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Sheriff credits podcast after 1975 cold case victim, formerly known as "Mr. X," is identified

Meet the DNA "detective" who helped solve a decades-old cold case
Meet the DNA "detective" who helped solve a decades-old cold case 04:53

The cold case of a man known as "Mr. X" has seen a significant breakthrough after nearly half a century, South Carolina police said Monday.

The Greenville County Sheriff credits a true crime podcast — "Murder, Etc." — for drawing attention to the case, which dates back to 1975 when the remains of "Mr. X" were found by a hunter in the South Carolina city. The remains were "found wrapped in a sheet and smoldering, indicating that they had been set on fire," the sheriff's department said in a news release Monday. The death was ruled a homicide, with the man subject to blunt force trauma and strangulation. Police were unable to identify him despite "numerous outreach efforts over the years." 

Then in 2020, Greenville Sheriff Hobart Lewis "revamped" the town's cold case unit to focus on re-examining cases with new technology. Since then, 11 cases have been solved, the sheriff's department said. 

The cold case unit was able to identify the man known as "Mr. X" as Oscar James Nedd of White Plains, New York. Nedd was born in Georgia in April 1951 and later moved to New York for college, the department said. 

Oscar James Nedd. Flood, Ryan/Greenville County Sheriff's Office

The podcast "Murder, Etc." covered his case in a live episode in 2020.  

Investigators from the sheriff's office worked with the county coroner's office that same year to exhume the body from where it had been buried, and sent some of the remains to the National Unidentified and Missing Persons System for DNA testing. A DNA profile was created for the victim in that database. In February 2024, the White Plains Police Department contacted investigators to say the profile matched Nedd's missing persons case filed there.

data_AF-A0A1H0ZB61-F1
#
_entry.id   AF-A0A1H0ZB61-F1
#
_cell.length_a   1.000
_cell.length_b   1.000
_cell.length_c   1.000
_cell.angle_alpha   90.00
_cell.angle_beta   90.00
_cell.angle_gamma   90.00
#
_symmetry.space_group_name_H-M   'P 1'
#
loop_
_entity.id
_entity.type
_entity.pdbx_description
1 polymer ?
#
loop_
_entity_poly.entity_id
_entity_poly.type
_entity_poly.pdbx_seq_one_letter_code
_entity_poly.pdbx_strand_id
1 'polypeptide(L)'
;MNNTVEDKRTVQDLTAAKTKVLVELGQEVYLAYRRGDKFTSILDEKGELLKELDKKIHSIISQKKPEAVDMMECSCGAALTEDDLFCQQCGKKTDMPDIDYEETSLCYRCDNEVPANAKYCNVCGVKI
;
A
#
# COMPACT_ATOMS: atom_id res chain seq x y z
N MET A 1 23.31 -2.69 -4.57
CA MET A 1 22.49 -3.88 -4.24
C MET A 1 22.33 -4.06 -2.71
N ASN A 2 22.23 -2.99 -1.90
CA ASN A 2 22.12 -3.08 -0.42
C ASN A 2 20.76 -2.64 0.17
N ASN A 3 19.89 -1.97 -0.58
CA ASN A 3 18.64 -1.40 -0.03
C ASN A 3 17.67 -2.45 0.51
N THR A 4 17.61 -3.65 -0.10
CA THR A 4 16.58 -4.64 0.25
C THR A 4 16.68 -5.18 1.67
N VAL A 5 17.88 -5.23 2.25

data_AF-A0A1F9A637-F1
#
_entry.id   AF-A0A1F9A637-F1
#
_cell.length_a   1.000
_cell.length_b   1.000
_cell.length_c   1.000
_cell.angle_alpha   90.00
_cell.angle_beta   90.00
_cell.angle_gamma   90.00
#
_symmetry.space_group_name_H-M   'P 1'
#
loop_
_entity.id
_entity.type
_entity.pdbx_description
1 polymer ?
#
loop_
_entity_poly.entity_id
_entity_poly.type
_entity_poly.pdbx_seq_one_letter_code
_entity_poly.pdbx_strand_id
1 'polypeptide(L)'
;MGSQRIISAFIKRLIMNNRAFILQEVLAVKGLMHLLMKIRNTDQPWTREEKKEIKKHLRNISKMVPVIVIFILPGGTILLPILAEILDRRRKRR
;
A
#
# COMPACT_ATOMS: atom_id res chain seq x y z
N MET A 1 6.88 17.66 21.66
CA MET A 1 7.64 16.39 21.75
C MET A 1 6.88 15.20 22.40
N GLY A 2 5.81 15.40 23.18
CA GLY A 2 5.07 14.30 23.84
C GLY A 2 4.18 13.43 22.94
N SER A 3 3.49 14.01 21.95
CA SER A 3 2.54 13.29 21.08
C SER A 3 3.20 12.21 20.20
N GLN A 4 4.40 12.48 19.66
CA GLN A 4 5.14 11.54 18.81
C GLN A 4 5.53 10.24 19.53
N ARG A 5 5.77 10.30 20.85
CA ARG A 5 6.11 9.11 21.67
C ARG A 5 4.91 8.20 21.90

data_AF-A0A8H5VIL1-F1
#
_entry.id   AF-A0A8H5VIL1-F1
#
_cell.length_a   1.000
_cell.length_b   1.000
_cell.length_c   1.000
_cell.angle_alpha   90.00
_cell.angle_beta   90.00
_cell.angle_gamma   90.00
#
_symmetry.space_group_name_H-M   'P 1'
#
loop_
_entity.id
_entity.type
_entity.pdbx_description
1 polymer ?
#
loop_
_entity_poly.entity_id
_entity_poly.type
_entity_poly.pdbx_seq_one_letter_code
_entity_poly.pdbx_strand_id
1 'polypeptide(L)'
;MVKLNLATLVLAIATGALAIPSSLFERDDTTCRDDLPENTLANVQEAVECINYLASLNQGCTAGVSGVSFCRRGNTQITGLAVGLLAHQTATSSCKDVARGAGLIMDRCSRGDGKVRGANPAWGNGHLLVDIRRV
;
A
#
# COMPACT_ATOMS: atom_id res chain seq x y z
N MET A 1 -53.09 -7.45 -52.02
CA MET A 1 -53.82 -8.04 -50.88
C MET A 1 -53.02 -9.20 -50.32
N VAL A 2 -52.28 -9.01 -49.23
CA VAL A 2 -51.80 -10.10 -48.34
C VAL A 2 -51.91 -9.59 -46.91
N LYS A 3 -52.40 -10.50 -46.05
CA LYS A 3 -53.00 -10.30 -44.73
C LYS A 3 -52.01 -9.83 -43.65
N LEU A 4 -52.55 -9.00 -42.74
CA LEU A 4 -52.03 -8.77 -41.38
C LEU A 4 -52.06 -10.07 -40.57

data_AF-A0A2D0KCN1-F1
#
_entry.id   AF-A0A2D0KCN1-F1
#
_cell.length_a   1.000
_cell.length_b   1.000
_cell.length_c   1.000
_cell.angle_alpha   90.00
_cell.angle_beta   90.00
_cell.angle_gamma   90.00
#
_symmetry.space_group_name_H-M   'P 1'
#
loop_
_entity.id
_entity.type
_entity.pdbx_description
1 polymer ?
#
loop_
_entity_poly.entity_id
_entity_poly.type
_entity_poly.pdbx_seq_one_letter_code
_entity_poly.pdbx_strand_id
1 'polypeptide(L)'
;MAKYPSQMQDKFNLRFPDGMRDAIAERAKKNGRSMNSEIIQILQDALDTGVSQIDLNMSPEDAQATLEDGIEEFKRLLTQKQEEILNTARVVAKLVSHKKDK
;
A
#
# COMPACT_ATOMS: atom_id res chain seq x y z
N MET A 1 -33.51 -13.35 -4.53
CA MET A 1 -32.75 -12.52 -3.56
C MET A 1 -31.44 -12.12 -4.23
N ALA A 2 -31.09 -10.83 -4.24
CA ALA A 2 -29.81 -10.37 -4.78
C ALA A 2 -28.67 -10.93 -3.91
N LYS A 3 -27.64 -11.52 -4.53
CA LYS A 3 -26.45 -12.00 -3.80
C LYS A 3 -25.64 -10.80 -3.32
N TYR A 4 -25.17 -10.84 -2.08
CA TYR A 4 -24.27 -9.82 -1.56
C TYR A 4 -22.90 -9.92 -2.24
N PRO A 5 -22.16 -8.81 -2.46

Family members were contacted and investigators were able to confirm Nedd's identity.

"The tireless work and innovative approaches employed by our investigators have brought closure to a case that has remained a mystery for nearly five decades," Lewis said in the news release. "Their determination to seek justice for victims and their families is truly commendable. I want to thank each member of our cold case unit for their hard work and commitment."

It's believed that Nedd was killed in New York, the sheriff's department said. CBS News affiliate WSPA reported that the remains were then transported to South Carolina. White Plains authorities are now investigating the homicide. 

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